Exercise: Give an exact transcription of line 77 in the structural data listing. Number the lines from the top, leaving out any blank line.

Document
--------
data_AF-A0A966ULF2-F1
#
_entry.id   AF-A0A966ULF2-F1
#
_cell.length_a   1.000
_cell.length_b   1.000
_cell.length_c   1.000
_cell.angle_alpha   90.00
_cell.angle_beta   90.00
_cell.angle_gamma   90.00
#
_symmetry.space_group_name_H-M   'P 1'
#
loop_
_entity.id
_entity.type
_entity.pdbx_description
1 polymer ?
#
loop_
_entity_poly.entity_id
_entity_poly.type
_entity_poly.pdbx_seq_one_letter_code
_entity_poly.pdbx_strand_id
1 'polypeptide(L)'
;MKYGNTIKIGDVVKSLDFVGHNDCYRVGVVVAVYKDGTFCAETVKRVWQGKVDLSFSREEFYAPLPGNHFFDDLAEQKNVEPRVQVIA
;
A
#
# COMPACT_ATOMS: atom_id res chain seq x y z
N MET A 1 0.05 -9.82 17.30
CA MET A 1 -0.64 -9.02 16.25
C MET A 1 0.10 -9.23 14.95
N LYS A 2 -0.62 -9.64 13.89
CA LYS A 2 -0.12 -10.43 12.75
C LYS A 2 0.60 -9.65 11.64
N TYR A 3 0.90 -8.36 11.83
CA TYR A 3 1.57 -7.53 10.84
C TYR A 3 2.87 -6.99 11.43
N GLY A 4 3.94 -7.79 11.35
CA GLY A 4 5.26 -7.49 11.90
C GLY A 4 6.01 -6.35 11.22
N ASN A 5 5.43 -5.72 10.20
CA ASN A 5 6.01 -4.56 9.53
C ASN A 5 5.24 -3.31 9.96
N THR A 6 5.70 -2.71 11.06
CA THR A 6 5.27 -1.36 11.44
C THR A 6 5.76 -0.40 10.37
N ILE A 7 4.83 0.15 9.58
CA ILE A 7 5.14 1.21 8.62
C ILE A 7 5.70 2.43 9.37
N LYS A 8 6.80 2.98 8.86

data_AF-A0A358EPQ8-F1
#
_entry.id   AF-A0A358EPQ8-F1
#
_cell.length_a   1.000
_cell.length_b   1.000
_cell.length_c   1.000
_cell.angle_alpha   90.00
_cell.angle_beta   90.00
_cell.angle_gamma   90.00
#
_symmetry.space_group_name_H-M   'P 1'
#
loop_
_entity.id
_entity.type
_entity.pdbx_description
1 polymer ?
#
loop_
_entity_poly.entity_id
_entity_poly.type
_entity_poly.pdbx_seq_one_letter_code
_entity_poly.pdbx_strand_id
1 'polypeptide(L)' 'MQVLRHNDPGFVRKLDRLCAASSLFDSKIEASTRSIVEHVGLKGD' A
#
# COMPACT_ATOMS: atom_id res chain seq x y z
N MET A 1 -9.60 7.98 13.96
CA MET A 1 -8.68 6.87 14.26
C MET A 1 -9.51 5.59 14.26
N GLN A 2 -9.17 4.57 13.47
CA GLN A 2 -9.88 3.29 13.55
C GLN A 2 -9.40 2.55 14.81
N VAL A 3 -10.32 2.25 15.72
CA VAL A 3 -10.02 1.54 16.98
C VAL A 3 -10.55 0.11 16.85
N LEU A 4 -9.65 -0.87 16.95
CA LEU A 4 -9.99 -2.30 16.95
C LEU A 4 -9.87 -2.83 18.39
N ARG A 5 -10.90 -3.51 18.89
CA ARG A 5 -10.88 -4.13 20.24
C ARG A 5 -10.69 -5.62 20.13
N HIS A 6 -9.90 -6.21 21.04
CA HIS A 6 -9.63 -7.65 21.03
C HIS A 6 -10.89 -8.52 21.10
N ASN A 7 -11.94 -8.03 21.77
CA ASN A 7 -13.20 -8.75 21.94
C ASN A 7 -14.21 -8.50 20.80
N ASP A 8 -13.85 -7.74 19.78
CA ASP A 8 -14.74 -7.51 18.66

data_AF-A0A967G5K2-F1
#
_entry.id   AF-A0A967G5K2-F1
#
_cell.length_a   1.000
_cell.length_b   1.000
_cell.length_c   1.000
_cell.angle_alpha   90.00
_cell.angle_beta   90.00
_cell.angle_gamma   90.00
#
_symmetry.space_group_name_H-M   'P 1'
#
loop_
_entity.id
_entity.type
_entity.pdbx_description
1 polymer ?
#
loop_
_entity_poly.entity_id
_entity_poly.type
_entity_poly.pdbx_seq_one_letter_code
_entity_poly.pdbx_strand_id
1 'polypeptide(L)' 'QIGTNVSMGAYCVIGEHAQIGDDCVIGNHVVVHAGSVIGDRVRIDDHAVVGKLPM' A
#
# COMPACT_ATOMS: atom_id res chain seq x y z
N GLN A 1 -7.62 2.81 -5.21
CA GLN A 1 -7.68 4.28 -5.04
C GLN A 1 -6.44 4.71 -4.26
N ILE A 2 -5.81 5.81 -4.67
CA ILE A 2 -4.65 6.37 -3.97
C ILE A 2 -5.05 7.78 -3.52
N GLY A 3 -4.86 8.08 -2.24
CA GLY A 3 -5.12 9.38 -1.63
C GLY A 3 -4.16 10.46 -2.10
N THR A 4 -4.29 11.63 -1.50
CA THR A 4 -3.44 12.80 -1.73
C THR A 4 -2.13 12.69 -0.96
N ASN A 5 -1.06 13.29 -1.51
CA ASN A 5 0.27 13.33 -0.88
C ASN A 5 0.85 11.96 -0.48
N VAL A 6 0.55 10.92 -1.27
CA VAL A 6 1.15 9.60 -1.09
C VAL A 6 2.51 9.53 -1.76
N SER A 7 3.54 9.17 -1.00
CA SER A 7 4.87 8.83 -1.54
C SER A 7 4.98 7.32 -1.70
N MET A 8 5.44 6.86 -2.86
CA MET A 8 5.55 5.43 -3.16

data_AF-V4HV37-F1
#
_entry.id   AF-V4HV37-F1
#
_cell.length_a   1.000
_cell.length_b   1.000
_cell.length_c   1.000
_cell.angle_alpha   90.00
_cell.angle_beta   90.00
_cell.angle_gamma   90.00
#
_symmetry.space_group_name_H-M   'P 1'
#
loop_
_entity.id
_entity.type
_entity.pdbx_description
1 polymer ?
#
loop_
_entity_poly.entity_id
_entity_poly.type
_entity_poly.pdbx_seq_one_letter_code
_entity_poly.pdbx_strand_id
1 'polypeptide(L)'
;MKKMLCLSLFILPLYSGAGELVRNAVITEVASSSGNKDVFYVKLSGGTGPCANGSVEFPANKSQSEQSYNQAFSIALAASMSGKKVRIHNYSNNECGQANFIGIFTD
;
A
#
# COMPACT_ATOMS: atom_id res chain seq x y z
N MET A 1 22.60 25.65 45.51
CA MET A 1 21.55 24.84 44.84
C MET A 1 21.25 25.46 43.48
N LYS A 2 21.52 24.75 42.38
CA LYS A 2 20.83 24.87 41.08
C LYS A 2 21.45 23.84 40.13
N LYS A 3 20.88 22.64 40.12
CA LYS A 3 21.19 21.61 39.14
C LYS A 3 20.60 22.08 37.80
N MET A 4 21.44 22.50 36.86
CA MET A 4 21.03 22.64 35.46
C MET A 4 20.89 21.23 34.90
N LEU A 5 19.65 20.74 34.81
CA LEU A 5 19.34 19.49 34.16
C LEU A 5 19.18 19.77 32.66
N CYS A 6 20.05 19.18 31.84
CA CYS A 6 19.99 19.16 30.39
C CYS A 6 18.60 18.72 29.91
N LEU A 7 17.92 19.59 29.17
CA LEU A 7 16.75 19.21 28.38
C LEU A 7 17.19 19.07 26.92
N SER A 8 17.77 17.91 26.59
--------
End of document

1 'polypeptide(L)' 'MQVLRHNDPGFVRKLDRLCAASSLFDSKIEASTRSIVEHVGLKGD' A